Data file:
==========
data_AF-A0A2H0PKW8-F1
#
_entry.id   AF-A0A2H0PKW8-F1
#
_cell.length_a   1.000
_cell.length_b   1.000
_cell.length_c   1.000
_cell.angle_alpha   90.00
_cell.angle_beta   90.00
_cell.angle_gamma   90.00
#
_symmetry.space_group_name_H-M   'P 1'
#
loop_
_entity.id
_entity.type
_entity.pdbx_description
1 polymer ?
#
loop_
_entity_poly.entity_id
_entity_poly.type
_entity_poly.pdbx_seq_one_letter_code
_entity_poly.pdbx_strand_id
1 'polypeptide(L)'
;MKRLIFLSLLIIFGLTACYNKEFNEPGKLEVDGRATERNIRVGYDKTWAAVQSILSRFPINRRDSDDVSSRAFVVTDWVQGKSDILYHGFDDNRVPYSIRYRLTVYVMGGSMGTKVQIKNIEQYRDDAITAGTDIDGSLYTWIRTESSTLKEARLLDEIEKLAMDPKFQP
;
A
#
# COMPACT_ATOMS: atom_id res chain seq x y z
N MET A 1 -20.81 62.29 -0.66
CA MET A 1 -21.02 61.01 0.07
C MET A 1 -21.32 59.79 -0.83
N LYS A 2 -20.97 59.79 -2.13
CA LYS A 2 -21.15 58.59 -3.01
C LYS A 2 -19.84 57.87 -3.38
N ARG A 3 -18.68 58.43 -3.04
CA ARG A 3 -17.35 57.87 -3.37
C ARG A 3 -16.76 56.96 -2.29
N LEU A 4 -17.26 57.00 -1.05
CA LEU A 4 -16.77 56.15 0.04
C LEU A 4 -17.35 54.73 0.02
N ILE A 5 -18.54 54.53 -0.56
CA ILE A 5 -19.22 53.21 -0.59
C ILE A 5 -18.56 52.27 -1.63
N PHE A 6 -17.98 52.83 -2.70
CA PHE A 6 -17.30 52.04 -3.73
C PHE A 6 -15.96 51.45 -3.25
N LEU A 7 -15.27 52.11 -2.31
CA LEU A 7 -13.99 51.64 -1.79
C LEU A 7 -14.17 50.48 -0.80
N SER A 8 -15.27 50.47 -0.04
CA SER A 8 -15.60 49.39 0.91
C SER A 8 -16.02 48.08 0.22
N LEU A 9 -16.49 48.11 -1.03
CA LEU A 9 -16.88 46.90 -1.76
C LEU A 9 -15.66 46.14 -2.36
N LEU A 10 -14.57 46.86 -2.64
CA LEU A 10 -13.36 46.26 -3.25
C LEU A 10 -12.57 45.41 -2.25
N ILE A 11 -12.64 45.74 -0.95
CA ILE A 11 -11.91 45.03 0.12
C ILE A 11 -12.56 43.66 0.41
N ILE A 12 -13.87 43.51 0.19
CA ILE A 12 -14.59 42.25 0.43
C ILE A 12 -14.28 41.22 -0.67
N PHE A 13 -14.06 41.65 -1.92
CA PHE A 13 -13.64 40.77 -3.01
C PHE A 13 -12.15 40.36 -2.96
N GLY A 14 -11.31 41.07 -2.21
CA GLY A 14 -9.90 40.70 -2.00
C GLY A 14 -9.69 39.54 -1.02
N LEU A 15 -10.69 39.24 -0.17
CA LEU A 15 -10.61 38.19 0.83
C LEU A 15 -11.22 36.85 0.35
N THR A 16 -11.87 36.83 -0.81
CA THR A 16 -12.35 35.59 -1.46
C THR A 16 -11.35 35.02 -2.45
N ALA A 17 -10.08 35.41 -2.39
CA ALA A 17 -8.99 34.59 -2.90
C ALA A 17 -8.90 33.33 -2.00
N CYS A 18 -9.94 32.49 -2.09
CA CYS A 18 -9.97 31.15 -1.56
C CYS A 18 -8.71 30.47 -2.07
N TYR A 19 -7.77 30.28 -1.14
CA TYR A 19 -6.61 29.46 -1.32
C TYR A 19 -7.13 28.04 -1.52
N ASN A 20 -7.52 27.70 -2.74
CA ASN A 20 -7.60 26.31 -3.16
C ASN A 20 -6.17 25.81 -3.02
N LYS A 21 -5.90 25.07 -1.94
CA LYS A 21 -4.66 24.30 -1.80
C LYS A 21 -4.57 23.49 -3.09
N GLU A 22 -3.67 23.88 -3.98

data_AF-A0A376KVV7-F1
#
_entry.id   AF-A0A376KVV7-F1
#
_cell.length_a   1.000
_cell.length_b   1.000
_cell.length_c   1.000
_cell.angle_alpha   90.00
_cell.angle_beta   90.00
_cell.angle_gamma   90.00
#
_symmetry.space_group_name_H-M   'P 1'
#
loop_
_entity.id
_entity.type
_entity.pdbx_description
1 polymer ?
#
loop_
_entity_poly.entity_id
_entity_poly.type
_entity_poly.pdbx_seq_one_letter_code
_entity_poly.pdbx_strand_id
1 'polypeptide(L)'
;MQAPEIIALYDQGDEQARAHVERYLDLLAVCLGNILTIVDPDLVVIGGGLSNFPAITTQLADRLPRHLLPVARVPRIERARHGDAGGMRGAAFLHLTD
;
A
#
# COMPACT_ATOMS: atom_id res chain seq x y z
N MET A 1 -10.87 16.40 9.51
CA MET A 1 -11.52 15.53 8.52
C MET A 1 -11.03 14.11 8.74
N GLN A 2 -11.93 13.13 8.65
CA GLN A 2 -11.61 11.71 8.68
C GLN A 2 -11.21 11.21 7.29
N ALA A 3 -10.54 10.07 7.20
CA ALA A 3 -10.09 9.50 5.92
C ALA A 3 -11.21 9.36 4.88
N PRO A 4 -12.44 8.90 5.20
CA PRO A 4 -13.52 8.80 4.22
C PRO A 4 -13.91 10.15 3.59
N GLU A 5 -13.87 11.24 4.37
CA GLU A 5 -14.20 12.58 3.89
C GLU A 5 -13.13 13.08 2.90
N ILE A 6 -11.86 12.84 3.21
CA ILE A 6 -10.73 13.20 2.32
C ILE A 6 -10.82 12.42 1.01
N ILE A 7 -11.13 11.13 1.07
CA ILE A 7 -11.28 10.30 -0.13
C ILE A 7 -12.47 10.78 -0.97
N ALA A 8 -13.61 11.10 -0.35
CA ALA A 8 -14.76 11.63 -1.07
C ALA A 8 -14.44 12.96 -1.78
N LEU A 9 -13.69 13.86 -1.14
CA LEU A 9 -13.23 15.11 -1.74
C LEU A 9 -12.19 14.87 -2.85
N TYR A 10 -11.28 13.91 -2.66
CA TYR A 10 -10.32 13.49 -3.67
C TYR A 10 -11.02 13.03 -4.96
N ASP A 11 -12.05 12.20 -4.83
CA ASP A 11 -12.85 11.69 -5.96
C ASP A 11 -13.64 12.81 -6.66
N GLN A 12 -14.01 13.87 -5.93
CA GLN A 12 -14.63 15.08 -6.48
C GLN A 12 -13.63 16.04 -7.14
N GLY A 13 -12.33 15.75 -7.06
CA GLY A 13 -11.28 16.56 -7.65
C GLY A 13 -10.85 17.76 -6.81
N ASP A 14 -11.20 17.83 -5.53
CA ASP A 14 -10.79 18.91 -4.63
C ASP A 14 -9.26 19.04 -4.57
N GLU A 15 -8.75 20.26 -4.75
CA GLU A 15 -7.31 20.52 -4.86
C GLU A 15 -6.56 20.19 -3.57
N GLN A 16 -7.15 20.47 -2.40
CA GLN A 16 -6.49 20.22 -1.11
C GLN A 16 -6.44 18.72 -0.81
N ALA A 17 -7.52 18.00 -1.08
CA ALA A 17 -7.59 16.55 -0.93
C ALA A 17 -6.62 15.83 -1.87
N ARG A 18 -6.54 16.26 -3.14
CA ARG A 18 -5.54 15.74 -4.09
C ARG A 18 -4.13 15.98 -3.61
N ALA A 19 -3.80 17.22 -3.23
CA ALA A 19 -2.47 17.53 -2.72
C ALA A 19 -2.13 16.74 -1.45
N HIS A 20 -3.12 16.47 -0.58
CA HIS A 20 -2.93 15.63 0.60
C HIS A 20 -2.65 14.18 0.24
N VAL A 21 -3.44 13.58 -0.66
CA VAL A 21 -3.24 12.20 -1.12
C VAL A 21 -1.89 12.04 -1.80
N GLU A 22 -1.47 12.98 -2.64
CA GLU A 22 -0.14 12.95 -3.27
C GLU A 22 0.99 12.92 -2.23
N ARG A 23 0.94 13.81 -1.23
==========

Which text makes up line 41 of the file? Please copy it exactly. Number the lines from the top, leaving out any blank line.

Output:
CA LEU A 4 -16.77 56.15 0.04